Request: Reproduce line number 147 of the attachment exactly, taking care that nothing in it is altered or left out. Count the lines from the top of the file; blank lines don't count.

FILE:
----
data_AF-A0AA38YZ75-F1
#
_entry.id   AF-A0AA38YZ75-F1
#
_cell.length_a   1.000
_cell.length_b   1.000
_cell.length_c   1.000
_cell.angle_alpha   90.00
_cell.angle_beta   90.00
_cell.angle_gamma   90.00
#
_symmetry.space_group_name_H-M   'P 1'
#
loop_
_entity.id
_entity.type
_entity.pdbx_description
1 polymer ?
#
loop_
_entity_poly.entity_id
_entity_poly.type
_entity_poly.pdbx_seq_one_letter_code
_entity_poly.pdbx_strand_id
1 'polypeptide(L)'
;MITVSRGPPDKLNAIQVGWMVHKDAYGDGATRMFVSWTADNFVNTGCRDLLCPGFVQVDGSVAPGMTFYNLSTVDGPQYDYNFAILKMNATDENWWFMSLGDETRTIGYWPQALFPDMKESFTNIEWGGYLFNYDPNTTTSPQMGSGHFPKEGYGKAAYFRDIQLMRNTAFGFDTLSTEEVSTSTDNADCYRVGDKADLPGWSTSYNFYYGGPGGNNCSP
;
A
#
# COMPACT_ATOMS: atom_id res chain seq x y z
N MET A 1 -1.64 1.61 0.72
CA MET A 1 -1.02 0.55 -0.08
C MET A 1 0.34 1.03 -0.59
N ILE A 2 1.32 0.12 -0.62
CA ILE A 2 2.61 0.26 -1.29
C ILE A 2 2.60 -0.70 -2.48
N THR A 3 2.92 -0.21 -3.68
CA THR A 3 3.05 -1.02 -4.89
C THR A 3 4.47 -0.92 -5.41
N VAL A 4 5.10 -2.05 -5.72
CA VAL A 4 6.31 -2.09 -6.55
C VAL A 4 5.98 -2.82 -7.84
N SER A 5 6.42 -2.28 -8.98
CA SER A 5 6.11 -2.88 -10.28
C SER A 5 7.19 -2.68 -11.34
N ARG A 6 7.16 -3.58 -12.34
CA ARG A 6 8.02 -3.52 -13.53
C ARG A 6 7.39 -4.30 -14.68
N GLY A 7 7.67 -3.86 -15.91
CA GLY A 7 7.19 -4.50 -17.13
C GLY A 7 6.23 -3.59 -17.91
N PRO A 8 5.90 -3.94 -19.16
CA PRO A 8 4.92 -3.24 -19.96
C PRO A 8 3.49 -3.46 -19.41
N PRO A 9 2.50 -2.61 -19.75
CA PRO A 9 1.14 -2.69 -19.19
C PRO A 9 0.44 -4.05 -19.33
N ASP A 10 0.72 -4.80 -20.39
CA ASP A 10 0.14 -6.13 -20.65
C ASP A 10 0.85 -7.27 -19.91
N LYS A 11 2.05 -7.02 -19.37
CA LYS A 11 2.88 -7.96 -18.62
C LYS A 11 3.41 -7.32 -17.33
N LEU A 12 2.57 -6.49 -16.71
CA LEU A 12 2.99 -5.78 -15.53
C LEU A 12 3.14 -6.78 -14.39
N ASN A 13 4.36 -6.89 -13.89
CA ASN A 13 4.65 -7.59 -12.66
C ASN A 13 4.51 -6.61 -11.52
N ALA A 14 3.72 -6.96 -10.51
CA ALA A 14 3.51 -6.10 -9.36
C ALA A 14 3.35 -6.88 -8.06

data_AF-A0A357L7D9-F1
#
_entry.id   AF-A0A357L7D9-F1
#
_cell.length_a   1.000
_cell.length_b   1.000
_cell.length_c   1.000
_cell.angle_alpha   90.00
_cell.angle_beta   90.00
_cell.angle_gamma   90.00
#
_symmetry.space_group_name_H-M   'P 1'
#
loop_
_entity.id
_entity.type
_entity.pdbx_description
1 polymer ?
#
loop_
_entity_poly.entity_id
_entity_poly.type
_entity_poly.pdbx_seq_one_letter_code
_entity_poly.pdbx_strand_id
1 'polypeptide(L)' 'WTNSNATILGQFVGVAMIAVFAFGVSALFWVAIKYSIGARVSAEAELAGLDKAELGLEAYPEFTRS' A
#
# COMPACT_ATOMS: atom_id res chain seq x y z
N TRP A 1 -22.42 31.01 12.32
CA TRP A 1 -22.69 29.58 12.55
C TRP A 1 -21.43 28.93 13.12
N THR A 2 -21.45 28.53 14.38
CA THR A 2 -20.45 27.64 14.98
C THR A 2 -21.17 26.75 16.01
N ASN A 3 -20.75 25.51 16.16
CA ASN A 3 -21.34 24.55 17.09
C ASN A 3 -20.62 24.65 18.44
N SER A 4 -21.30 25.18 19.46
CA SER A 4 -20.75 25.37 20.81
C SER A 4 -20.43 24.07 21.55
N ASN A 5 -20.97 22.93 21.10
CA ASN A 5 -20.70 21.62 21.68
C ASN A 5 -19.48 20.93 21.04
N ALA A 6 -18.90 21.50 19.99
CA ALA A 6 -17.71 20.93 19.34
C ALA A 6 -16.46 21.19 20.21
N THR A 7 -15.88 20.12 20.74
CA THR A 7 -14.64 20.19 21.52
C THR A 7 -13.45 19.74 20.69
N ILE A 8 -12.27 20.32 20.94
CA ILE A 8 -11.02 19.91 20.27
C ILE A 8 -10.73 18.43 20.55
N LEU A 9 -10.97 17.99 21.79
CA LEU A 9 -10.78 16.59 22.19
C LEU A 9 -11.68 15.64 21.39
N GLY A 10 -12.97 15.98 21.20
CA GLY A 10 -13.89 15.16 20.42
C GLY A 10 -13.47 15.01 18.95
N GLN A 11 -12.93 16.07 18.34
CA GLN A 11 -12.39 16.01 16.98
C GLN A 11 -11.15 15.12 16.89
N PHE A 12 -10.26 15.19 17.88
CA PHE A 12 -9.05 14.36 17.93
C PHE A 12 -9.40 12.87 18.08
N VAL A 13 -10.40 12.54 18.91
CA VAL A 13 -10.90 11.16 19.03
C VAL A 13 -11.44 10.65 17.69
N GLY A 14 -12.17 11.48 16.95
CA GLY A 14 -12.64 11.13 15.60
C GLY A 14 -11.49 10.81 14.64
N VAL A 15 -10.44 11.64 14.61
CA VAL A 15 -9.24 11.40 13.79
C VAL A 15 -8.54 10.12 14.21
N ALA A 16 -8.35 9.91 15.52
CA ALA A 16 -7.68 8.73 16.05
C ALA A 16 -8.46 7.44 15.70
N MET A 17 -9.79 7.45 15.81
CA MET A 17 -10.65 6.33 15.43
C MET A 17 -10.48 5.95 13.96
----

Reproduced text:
C ALA A 16 -8.46 7.44 15.70